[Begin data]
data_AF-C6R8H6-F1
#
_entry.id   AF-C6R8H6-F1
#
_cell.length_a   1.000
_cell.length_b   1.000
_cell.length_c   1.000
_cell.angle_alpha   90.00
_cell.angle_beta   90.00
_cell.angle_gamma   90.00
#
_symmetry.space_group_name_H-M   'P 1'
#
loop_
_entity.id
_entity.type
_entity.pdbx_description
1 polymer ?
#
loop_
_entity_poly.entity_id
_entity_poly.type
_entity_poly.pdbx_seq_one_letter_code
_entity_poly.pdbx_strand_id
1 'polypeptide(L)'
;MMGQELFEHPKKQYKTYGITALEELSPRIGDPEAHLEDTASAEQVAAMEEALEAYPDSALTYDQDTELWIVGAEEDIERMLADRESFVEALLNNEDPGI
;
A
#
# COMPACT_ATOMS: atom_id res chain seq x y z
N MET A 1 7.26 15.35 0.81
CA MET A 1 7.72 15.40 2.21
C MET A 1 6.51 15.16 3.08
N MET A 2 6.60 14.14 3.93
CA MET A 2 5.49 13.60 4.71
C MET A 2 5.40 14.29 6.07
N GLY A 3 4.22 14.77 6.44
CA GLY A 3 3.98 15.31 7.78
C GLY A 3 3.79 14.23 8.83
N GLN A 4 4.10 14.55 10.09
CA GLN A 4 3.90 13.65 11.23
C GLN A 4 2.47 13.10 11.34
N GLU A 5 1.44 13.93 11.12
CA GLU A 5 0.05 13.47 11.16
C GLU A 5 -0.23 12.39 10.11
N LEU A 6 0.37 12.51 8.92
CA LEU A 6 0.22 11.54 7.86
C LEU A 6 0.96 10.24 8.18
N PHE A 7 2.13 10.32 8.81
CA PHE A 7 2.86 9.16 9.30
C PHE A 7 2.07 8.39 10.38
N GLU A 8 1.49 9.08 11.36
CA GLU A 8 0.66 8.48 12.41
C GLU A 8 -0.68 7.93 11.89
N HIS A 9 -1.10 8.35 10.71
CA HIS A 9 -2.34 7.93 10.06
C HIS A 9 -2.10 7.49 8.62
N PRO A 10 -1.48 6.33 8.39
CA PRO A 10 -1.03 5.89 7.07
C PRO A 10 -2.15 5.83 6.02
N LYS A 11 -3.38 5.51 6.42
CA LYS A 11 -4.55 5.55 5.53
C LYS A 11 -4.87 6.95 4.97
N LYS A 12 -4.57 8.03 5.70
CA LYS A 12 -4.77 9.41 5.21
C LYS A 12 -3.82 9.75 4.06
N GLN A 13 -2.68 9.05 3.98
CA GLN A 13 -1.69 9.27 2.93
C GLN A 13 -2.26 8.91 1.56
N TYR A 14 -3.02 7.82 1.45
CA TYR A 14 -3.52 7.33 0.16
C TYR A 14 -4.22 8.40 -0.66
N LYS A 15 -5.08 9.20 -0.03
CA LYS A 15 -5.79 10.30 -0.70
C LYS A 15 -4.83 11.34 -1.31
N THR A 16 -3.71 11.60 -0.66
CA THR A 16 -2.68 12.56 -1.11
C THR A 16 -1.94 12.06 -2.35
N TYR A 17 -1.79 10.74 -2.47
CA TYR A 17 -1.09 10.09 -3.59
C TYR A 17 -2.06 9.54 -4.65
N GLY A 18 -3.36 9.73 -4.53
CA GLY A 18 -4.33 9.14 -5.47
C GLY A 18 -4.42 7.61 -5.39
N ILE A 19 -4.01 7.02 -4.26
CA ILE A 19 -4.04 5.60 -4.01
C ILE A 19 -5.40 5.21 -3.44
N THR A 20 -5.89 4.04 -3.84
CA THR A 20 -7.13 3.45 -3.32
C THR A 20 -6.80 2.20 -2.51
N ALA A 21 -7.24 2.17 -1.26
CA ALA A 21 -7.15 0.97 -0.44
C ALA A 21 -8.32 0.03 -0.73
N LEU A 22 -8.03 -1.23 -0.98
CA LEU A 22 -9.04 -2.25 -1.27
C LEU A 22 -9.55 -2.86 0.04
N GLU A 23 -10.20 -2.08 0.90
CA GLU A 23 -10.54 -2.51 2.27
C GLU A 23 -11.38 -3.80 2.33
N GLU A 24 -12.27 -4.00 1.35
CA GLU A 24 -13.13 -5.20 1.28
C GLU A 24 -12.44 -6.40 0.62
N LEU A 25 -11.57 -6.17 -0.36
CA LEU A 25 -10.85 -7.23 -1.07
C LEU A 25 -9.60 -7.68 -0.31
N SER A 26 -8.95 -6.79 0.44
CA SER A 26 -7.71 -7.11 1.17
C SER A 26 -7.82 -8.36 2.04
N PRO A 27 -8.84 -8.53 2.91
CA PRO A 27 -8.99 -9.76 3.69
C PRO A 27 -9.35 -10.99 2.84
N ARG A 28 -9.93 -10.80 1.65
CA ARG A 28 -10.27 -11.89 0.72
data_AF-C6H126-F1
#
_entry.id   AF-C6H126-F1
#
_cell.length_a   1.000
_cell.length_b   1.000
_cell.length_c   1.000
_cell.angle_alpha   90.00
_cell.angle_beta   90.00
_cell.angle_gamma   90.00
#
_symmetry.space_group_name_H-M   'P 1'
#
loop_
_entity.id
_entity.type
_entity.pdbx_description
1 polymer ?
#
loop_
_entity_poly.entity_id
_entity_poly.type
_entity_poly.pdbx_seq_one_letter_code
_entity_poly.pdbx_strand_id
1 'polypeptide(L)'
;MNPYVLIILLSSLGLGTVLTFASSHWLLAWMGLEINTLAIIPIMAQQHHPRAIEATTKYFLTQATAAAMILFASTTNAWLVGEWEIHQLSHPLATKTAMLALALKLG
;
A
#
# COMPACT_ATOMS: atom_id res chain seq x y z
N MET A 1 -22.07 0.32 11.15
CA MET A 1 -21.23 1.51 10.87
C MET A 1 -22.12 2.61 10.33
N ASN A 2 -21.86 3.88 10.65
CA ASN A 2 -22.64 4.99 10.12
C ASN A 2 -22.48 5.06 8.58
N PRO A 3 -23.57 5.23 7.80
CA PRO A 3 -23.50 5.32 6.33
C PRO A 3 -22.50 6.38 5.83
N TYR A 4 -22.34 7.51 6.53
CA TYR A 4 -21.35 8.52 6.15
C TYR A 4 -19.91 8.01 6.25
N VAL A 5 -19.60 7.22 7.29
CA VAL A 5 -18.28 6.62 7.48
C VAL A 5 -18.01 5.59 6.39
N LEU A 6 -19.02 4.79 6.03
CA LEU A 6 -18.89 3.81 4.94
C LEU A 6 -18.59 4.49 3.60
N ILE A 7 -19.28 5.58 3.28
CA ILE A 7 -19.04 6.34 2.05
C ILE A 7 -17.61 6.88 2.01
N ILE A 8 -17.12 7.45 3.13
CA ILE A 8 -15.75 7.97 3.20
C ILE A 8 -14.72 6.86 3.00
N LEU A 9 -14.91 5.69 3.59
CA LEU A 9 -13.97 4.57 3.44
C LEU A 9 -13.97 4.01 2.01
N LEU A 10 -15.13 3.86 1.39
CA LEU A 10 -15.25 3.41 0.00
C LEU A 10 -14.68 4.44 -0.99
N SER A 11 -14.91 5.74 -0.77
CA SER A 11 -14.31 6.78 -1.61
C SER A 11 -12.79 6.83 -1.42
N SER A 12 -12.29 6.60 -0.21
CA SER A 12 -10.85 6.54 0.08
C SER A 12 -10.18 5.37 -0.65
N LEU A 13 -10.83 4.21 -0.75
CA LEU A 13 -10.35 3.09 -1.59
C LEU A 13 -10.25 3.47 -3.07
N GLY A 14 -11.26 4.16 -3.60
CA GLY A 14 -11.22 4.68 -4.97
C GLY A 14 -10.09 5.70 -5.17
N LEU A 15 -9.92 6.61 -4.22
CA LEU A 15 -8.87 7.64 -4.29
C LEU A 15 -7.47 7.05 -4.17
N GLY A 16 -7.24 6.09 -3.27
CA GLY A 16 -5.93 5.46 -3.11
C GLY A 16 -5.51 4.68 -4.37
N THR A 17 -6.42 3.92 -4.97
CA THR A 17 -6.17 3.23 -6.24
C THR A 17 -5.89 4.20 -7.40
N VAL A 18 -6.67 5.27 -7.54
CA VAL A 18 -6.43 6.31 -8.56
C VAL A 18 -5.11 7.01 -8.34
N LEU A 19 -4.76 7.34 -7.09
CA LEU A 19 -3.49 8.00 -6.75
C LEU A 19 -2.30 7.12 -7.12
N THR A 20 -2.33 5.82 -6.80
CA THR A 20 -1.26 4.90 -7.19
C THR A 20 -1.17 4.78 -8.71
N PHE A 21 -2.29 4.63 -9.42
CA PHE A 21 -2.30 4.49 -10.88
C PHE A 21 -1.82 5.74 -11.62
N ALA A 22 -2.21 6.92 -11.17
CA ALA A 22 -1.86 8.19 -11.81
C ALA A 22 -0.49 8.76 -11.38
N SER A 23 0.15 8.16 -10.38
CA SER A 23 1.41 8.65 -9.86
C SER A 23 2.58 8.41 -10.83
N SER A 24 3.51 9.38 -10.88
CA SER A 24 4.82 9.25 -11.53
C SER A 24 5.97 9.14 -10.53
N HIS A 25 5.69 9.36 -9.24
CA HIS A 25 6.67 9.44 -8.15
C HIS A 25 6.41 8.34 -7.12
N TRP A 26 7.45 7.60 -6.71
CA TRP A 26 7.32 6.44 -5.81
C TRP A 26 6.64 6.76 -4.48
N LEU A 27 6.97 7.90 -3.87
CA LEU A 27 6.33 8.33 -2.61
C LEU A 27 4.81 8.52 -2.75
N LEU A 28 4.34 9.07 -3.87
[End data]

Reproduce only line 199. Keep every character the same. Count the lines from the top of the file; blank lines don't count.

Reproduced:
CA LEU A 19 -3.49 8.00 -6.75